Do you remember your first curly fry?
In the late 1970s I was a teenage prep cook at an oversize fusion-concept restaurant called Ginsberg and Wong. We spiraled hundreds of pounds of unpeeled Russets a day using a mechanical cutter mounted above 22-gallon Cambros half-full of cold water. Once fried, these were piled into 14-inch bamboo steamer baskets from nearby Chinatown, alongside bulging deli sandwiches. I once actually saw a guy stand up, sandwich in hand, and yell, “Would you get a load of this Reuben?”
We eat differently now. Sometimes, the fries are made of squash.
If curly fries are already on your menu, you’re probably using one of the fine professional vegetable-prep implements on whimsical view in our retail showroom and store, Chef Supplies by KaTom, and also available online. Don’t go changing.
But if you’re a home cook–or run a concession, cafe, food truck, catering business, or other small foodservice operation and don’t think you can justify the price and space for a dedicated commercial spiral cutter–you may have secretly wondered whether any of the “spiralizing” gadgets seen on TV is worth springing for, if only on a trial basis.
I like the way you’re thinking. Because the fact is, these domestic models are basically scaled-down versions of the commercial food choppers, slicers, wedgers, and spiral cutters used now, and those, in turn, are only fundamentally unmodified versions of the ones we used back in the day. You might be surprised at how little they’ve changed.
Rogers Walla-Walla, Inc., of Washington is said to have pioneered the manufacture of potato “curlicues” using industrial-scale machinery developed for its Tater Boy brand in the 1980s and based on the principle behind the turn-of-the-century hand-crank cutters shown above (left and center). As their patent information explains, there were two ways to slice it: you could bring the rotating potato to the nonmoving blade using, for example, an electric drill, or you could bring the rotating cutter to the still potato. If I used a restaurant’s Gold Medal 5280 Manual Fry Cutter and a Coily Q (above, right) at home back in the 1970s, I’d probably still use a Gold Medal 5280 Manual Fry Cutter in a restaurant kitchen now. I might have a slightly wider set of options to chose from for my domestic “enspiralator,” but that would be due to a revolution in communications, not food-prep technology.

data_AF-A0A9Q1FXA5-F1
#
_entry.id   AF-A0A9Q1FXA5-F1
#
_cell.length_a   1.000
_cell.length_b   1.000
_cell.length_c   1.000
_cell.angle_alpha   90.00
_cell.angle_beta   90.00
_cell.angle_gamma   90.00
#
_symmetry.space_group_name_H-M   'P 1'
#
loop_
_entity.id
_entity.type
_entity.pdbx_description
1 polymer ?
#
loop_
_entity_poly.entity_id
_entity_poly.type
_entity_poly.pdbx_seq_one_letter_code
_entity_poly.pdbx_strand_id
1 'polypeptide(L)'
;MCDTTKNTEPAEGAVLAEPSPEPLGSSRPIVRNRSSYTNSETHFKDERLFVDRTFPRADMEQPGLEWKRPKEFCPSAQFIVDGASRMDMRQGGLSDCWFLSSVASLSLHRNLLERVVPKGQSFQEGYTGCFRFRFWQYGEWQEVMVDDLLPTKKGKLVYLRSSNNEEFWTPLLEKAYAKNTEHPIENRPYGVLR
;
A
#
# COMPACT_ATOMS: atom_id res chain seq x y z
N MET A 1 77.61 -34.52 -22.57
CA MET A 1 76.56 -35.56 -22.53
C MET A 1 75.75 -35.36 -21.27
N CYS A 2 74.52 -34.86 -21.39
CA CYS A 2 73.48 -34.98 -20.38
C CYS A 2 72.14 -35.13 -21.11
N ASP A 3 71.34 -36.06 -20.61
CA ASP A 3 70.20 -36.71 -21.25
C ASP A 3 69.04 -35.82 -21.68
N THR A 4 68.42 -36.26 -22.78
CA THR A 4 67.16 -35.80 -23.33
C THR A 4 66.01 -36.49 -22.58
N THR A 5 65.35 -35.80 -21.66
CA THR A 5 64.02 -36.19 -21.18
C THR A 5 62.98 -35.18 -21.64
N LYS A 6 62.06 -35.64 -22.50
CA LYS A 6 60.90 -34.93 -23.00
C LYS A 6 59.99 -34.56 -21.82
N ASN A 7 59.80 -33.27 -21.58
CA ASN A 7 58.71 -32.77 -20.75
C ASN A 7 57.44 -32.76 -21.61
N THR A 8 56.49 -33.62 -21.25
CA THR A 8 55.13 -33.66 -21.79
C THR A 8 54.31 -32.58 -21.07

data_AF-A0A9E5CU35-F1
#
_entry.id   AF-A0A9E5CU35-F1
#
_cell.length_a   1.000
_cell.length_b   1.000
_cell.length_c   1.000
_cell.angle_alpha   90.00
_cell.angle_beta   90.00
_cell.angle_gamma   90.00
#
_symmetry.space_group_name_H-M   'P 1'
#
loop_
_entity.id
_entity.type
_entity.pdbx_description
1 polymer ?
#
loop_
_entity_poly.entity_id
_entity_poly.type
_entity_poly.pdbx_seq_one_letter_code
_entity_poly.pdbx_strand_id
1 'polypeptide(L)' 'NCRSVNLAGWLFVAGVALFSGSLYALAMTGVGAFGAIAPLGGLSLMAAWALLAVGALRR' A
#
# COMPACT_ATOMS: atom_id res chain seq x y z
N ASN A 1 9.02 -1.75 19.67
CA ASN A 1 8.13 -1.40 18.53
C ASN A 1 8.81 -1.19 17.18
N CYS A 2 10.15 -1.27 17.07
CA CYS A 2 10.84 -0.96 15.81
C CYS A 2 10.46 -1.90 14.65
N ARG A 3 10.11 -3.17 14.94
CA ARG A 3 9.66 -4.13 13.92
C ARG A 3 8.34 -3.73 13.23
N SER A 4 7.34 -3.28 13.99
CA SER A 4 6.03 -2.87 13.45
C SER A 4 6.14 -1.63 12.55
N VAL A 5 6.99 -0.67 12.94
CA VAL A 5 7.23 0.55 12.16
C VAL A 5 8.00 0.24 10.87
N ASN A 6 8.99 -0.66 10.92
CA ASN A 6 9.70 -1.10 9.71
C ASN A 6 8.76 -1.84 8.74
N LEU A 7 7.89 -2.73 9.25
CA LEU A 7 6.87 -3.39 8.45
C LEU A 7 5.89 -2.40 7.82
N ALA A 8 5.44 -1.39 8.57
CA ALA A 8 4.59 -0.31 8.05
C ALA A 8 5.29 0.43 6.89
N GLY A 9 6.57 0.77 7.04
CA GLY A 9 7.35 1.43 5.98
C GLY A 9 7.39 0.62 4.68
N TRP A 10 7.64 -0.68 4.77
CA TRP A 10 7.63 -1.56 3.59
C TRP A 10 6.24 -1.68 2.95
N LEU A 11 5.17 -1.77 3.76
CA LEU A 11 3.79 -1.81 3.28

Curly fries aside, when we’re precision-cutting food into adorable shapes, we’re usually working at a very narrow end of the food-prep spectrum, in the rare air where hotel chefs sculpt sugar into birds of paradise and melons into lifelike tiger heads, using loop tools and Schnittzmesser sets from Solingen, Germany; Thiers, France; and Thailand. The all-but-infinite variety of these implements has sped their adaptation to the housewares market, along with a countless domestic food processors no self-respecting chef would allow into their kitchen. This does not mean, however, that a plastic-bodied spiral cutter pitched on TV is inadequate to a limited scope of foodservice use, like spiralizing beets for soup garnish on a holiday menu or carving an apple into an escargot for no apparent reason whatsoever, as the gadgets of Decofruit do in their mesmerizing wild kingdom.
Specialty-cut vegetables have long been moneymakers for carnival and stadium concessionaires, who know that a spiral or ribbon cutter can add enough fat-, flavor-, coating-, condiment-, and cash-absorbent surface area to turn a half-pound potato into a 700-calorie tangle bigger than a child’s head and packing a 75-percent profit margin. They call that “plate coverage.” Vegetables continue to steal more and more space from meat and seafood on restaurant dinner plates both “vegetarian” and non-, and several influential chefs in nationally prominent indie restaurants have seriously upped their produce game over the past year. An inexpensive standalone spiralizer or set of spiralizing attachments can add real depth to yours, in many different areas of the menu.
Besides deep-fat standby snacks like pakoras (left), french-fried onions, ruffled zucchini or potato fries, pickle chips, and taproot tempuras, try piling broad ribbons, tubular “noodles,” or curled “threads” of spiral-cut squash, carrots, parsnips, yams, turnips, and beets into elegant latkes, rösti, fritters, or croquettes for frying. Cut curly chips of taro or rutabaga and oven-fry or bake them for dipping and topping.